The original is a pretty bog-standatd shot of part of the famous al-Khazneh (Treasury) building which is the first thing you see when you enter Petra. As it stands it’s pretty ho-hum – the photo, not the Treasury – but I thought it might be possible to make something a little more arresting with some post-processing.
The first thing to do was straighten the image. After that, I cropped out the grey rock on the left, to focus on the juxtaposition of the angular and circular features (which I thought contrasted well with each other).
The original image seemed to me to be a little over-exposed, so I adjusted for that in the whole image. A particular problem area was the dome on top of the circular feature. I brought out some additional detail in that by adding a graduated filter on the right hand side of the image – an innovation for me: I knew Lightroom offered such a thing but had never worked out how to use it. I got it eventually through trial and error.
After that, it was simply a matter of adding some Punch and Sharpening to give the image a bit more ‘presence’. Overall, I think the editing has made for an improvement.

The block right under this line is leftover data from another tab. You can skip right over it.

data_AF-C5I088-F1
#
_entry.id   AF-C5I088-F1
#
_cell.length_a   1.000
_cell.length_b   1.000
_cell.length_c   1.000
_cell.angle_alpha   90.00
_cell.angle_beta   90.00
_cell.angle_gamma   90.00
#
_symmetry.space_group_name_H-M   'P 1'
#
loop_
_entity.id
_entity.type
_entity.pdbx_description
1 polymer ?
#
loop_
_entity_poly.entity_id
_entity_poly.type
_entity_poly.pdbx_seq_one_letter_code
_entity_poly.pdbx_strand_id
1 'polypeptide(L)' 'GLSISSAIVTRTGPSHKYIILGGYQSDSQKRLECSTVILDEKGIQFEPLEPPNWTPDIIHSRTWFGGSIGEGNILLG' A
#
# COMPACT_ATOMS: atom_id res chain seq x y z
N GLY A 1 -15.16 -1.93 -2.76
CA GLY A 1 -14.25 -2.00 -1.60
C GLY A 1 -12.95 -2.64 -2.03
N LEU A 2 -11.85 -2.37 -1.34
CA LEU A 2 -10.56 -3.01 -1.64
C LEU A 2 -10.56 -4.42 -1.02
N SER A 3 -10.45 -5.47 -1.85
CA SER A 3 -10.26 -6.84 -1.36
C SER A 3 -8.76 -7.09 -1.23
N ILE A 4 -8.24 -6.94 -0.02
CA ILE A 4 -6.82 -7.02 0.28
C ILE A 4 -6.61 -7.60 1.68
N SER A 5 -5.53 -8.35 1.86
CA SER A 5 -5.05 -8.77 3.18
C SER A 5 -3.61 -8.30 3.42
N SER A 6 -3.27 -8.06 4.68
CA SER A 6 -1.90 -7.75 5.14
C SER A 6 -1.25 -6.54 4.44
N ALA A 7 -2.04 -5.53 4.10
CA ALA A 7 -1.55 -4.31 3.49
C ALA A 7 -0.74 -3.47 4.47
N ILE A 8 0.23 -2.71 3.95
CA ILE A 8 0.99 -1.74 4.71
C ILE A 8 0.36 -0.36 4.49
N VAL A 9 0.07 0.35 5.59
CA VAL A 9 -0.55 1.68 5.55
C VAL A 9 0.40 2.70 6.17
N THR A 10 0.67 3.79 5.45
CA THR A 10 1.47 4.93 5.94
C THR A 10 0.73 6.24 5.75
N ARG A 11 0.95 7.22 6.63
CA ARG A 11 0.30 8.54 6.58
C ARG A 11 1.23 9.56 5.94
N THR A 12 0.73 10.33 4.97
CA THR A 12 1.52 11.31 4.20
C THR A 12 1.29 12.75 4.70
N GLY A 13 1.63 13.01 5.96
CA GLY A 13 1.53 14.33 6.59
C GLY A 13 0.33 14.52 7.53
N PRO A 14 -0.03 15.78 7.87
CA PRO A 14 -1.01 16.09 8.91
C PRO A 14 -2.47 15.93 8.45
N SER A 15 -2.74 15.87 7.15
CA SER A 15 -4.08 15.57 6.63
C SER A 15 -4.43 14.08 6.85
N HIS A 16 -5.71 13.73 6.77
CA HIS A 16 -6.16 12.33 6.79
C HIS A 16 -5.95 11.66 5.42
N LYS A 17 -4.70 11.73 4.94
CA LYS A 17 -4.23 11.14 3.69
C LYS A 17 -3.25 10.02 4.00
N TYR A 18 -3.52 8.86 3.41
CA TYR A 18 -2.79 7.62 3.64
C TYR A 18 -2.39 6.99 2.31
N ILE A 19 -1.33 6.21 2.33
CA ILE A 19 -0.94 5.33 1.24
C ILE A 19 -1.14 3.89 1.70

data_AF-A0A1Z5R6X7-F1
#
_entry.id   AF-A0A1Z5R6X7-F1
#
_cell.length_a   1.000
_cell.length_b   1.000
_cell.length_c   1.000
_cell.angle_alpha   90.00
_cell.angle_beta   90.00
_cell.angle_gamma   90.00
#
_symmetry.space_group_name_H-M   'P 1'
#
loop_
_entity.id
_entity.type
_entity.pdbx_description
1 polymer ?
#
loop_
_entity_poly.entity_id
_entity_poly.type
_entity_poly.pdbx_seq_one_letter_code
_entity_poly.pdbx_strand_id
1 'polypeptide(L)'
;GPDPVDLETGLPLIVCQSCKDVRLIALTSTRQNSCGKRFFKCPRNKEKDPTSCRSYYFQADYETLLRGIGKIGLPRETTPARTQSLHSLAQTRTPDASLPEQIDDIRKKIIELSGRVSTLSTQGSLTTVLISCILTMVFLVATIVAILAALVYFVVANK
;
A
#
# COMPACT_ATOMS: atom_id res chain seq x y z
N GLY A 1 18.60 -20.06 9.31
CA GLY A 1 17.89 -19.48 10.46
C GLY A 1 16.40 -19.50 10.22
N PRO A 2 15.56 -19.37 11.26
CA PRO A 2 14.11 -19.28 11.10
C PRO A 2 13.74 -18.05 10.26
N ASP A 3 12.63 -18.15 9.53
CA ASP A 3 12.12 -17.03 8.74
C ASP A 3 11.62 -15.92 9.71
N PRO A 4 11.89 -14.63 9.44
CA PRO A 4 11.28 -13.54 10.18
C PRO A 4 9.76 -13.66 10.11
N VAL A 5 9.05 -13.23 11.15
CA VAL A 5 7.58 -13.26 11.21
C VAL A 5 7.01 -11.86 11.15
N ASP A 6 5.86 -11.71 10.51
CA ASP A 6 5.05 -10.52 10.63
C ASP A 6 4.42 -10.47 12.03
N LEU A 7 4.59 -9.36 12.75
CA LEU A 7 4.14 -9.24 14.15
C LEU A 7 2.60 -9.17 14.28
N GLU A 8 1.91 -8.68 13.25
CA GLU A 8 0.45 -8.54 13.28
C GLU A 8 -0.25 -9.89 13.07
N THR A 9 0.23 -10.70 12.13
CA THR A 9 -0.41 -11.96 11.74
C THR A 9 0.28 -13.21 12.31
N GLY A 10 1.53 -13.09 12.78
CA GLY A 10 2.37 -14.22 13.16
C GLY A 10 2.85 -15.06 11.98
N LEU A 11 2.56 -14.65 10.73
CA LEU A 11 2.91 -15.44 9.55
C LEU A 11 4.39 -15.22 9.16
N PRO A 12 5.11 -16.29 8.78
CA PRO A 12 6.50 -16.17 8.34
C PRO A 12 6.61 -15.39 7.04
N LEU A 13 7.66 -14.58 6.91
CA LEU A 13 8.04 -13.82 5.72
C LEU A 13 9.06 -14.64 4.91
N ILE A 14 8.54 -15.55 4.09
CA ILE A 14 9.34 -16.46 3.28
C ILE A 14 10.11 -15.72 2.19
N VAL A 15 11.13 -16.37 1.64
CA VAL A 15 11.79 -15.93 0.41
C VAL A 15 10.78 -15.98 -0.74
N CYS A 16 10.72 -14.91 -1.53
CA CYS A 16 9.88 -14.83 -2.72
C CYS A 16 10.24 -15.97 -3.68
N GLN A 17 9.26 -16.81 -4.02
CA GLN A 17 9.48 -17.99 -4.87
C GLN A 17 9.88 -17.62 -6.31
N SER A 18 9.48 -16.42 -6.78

Posted on January 1, 2016
For the January One Photo Focus we were given this image by Laura Macky of Laura Macky Photography
It’s an excellent photograph as it stands: a well-composed image of an interesting subject. There seemed little to be gained from tweaking details like saturation; that would be more likely to detract than to enhance. So I decided to take just a part of the whole and turn it into something different.
The angle at which the boat is beached provided some interesting diagonals in the superstructure, so I cropped tightly into the subject itself. Although I like the colours in the original, I felt that it would also work well in black and white. A bit of work on the sliders brought out more detail in the peeling paintwork, giving it a more ‘weatherbeaten’ look.